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The incidence of thyroid cancer has doubled over the last decade. The reason for this dramatic increase in incidence is controversial. Some investigators have suggested the increased incidence is due to increased detection of small primary tumors as a result of diagnostic scrutiny. On the other hand, some investigators have demonstrated an increased incidence across all tumor sizes suggesting other factors may play a role. To investigate the clinical, pathologic and molecular changes present in papillary thyroid cancer over a 15 year period during which the incidence of papillary thyroid cancer doubled.
628 patients with conventional papillary thyroid cancer and 228 tumor samples from a single institution were analyzed from 1991 to 2005. Time-trend analyses of demographic, clinical, pathologic, and tumor genotype were performed over three 5 year time periods; Group I (1991–1995), Group II (1996–2000), and Group III (2001–2005).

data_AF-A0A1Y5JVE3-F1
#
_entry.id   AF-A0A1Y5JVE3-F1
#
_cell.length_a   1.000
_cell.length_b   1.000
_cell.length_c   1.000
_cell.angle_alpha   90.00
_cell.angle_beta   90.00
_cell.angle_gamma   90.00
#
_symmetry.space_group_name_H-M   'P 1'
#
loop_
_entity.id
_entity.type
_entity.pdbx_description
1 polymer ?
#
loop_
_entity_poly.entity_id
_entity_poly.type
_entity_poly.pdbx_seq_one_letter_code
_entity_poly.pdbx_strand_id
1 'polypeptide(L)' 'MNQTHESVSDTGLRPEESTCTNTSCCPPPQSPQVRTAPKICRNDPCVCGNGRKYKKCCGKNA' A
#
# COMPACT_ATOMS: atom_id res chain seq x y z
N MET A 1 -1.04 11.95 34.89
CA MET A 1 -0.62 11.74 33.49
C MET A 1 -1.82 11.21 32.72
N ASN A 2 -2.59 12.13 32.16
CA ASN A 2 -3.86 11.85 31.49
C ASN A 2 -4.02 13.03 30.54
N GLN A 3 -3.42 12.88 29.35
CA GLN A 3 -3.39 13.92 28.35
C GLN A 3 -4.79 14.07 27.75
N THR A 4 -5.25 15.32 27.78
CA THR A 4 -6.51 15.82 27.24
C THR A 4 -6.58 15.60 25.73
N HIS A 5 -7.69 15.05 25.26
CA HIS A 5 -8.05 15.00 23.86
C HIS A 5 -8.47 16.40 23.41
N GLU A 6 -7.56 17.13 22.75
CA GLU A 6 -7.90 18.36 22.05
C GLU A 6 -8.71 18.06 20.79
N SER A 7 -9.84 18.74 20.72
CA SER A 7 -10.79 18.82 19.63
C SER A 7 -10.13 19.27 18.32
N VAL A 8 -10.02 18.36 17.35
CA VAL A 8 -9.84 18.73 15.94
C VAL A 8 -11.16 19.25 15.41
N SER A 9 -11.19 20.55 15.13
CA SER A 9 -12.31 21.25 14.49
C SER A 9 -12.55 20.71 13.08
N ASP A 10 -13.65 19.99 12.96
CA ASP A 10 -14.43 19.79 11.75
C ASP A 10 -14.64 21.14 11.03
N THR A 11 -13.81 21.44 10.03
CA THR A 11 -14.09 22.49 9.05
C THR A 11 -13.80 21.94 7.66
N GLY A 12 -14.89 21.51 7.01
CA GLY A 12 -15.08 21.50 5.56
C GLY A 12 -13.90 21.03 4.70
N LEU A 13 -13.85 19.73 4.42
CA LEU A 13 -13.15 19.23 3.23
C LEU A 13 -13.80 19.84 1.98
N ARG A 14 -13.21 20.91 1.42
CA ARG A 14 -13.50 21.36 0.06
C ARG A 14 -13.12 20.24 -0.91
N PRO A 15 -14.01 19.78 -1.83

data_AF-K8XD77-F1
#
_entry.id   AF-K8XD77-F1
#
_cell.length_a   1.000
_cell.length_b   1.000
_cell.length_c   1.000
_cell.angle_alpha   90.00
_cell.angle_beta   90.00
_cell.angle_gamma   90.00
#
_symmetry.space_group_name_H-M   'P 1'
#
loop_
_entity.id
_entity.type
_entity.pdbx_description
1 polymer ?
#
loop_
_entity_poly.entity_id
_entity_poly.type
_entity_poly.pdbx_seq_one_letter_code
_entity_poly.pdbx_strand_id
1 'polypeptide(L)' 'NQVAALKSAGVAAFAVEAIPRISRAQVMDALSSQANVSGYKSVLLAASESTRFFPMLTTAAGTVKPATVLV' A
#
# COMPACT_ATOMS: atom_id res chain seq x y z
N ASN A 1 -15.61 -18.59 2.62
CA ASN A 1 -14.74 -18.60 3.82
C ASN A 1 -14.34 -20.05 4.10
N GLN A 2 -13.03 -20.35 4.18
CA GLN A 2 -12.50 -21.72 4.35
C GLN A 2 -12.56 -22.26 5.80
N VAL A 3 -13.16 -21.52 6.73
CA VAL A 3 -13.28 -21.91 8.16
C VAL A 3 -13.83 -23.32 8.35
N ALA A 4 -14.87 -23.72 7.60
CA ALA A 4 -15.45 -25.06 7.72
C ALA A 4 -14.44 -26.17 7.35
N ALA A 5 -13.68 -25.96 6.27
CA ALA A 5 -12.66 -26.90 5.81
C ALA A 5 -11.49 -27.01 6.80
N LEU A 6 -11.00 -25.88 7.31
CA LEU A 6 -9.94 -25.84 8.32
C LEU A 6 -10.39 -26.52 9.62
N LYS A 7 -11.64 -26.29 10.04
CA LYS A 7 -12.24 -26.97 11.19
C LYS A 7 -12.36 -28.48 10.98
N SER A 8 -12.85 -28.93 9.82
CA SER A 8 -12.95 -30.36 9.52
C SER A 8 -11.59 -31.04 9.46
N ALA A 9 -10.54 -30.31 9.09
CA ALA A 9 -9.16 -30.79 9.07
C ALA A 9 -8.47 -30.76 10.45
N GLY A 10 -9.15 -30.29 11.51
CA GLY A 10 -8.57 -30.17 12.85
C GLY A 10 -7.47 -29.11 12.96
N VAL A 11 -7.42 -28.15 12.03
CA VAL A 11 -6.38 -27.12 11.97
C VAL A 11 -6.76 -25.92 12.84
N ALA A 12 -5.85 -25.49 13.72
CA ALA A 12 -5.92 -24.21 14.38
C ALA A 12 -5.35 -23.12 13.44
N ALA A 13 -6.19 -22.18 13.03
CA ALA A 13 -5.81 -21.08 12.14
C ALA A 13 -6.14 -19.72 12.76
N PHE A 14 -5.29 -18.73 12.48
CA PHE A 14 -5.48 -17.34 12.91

We found no differences in age, gender, ethnicity, primary tumor size, rate of extrathyroidal invasion, and overall TNM cancer stage among the three time groups. The rate of BRAF V600E mutation was significantly higher in Group III (88% BRAF V600E positive) as compared to Group I and II (51% and 43%, respectively) (p< 0.001). The rate of all the common somatic mutations was also significantly higher in Group III (92% positive) as compared to Group I and II (68% and 64%, respectively) (p < 0.002).
The rate of BRAF V600E mutation increased significantly over a 15 year period at our institution. Our findings suggest a higher rate of BRAF mutation in papillary thyroid cancer may contribute to the increasing incidence of thyroid cancer.